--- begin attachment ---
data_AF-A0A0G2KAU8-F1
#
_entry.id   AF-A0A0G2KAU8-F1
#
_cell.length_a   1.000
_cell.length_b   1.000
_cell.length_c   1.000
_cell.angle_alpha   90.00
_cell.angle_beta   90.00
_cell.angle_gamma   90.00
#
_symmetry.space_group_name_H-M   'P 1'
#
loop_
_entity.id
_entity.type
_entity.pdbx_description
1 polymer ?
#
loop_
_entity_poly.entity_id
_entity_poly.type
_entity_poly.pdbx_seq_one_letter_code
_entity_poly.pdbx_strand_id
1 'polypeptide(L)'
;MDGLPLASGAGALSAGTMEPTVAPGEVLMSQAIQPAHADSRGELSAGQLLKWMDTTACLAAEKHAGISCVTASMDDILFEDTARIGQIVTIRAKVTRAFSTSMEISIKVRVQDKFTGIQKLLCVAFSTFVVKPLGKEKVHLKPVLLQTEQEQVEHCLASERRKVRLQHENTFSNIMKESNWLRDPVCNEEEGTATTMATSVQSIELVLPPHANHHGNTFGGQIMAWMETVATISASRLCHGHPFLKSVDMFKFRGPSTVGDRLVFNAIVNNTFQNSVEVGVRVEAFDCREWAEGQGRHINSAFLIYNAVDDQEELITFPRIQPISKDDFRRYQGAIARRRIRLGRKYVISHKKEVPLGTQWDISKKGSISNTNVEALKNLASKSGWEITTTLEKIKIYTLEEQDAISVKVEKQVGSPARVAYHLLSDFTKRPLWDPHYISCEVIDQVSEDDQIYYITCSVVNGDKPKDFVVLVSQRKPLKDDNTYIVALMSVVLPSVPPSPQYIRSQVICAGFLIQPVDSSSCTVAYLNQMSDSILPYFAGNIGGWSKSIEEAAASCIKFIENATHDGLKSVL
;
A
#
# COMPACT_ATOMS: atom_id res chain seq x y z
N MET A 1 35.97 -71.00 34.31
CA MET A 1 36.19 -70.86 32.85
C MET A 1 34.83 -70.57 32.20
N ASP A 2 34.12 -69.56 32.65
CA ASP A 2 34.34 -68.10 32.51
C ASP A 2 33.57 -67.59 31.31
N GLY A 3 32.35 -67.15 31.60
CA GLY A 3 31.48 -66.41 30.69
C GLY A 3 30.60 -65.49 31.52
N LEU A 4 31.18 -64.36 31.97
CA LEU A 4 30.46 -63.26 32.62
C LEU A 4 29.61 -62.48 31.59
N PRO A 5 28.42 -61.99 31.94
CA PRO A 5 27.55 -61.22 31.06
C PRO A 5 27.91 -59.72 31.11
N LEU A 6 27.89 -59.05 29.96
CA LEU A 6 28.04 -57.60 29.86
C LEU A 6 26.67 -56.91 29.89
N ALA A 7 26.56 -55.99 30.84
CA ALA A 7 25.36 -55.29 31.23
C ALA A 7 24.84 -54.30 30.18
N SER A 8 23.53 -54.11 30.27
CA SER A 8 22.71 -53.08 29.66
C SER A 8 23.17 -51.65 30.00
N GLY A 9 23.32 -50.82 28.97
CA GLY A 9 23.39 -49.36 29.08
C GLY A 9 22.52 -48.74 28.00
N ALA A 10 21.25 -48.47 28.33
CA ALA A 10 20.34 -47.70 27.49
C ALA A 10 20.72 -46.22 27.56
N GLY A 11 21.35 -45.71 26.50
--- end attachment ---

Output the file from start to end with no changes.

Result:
data_AF-A0A0G2KAU8-F1
#
_entry.id   AF-A0A0G2KAU8-F1
#
_cell.length_a   1.000
_cell.length_b   1.000
_cell.length_c   1.000
_cell.angle_alpha   90.00
_cell.angle_beta   90.00
_cell.angle_gamma   90.00
#
_symmetry.space_group_name_H-M   'P 1'
#
loop_
_entity.id
_entity.type
_entity.pdbx_description
1 polymer ?
#
loop_
_entity_poly.entity_id
_entity_poly.type
_entity_poly.pdbx_seq_one_letter_code
_entity_poly.pdbx_strand_id
1 'polypeptide(L)'
;MDGLPLASGAGALSAGTMEPTVAPGEVLMSQAIQPAHADSRGELSAGQLLKWMDTTACLAAEKHAGISCVTASMDDILFEDTARIGQIVTIRAKVTRAFSTSMEISIKVRVQDKFTGIQKLLCVAFSTFVVKPLGKEKVHLKPVLLQTEQEQVEHCLASERRKVRLQHENTFSNIMKESNWLRDPVCNEEEGTATTMATSVQSIELVLPPHANHHGNTFGGQIMAWMETVATISASRLCHGHPFLKSVDMFKFRGPSTVGDRLVFNAIVNNTFQNSVEVGVRVEAFDCREWAEGQGRHINSAFLIYNAVDDQEELITFPRIQPISKDDFRRYQGAIARRRIRLGRKYVISHKKEVPLGTQWDISKKGSISNTNVEALKNLASKSGWEITTTLEKIKIYTLEEQDAISVKVEKQVGSPARVAYHLLSDFTKRPLWDPHYISCEVIDQVSEDDQIYYITCSVVNGDKPKDFVVLVSQRKPLKDDNTYIVALMSVVLPSVPPSPQYIRSQVICAGFLIQPVDSSSCTVAYLNQMSDSILPYFAGNIGGWSKSIEEAAASCIKFIENATHDGLKSVL
;
A
#
# COMPACT_ATOMS: atom_id res chain seq x y z
N MET A 1 35.97 -71.00 34.31
CA MET A 1 36.19 -70.86 32.85
C MET A 1 34.83 -70.57 32.20
N ASP A 2 34.12 -69.56 32.65
CA ASP A 2 34.34 -68.10 32.51
C ASP A 2 33.57 -67.59 31.31
N GLY A 3 32.35 -67.15 31.60
CA GLY A 3 31.48 -66.41 30.69
C GLY A 3 30.60 -65.49 31.52
N LEU A 4 31.18 -64.36 31.97
CA LEU A 4 30.46 -63.26 32.62
C LEU A 4 29.61 -62.48 31.59
N PRO A 5 28.42 -61.99 31.94
CA PRO A 5 27.55 -61.22 31.06
C PRO A 5 27.91 -59.72 31.11
N LEU A 6 27.89 -59.05 29.96
CA LEU A 6 28.04 -57.60 29.86
C LEU A 6 26.67 -56.91 29.89
N ALA A 7 26.56 -55.99 30.84
CA ALA A 7 25.36 -55.29 31.23
C ALA A 7 24.84 -54.30 30.18
N SER A 8 23.53 -54.11 30.27
CA SER A 8 22.71 -53.08 29.66
C SER A 8 23.17 -51.65 30.00
N GLY A 9 23.32 -50.82 28.97
CA GLY A 9 23.39 -49.36 29.08
C GLY A 9 22.52 -48.74 28.00
N ALA A 10 21.25 -48.47 28.33
CA ALA A 10 20.34 -47.70 27.49
C ALA A 10 20.72 -46.22 27.56
N GLY A 11 21.35 -45.71 26.50